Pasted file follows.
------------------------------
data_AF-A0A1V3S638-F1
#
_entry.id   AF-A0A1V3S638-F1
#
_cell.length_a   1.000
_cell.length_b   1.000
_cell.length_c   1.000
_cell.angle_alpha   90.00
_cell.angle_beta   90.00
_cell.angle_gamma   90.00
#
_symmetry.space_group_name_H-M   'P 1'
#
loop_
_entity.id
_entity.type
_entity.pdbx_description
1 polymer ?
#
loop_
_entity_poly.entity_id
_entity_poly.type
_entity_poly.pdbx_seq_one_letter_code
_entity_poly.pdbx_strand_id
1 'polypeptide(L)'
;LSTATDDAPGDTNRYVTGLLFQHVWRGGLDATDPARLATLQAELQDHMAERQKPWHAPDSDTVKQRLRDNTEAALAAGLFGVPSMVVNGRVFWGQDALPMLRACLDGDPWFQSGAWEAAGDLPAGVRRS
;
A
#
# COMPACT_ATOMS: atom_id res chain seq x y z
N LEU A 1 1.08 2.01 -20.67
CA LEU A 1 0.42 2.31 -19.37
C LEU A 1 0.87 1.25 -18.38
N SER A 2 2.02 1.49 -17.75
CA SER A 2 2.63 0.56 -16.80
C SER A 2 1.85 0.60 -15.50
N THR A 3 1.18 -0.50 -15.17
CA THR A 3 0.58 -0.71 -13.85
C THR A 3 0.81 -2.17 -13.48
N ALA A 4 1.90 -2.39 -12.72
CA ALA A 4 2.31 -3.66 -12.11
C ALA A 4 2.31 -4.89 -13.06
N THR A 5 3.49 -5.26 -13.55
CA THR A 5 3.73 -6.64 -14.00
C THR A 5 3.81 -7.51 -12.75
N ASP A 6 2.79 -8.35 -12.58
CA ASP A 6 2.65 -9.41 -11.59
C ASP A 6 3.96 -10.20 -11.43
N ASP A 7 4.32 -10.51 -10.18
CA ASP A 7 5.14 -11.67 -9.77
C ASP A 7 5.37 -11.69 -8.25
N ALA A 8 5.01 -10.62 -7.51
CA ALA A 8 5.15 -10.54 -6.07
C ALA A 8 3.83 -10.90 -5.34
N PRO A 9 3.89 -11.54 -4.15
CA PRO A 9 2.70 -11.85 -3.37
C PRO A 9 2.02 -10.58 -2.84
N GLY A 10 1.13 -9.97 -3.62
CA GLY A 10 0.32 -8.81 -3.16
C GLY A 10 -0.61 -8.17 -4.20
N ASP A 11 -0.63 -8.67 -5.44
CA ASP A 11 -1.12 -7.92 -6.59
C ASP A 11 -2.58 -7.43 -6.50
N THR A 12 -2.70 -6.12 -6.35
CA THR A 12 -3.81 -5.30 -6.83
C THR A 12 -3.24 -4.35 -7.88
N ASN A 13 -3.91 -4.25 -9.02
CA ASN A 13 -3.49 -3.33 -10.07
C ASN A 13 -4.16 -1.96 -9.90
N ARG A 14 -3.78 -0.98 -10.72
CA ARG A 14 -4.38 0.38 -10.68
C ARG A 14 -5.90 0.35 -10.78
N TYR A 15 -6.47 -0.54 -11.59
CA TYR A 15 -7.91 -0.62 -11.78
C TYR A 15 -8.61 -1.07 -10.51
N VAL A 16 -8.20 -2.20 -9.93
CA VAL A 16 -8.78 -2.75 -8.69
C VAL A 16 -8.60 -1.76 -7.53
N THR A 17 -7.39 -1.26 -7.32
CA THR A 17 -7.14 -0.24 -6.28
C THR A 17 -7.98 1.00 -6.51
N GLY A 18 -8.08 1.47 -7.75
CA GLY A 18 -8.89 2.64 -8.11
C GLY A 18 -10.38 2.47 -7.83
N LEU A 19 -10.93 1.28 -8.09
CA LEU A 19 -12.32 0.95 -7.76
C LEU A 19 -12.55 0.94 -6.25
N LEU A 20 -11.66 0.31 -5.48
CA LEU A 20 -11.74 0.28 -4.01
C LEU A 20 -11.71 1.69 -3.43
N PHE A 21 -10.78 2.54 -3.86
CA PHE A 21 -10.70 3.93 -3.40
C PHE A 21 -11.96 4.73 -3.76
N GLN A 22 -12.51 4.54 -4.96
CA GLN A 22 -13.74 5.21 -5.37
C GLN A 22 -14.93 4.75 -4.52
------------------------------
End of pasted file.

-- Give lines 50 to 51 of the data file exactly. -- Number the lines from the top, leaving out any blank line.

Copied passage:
CA ASP A 7 5.14 -11.67 -9.77
C ASP A 7 5.37 -11.69 -8.25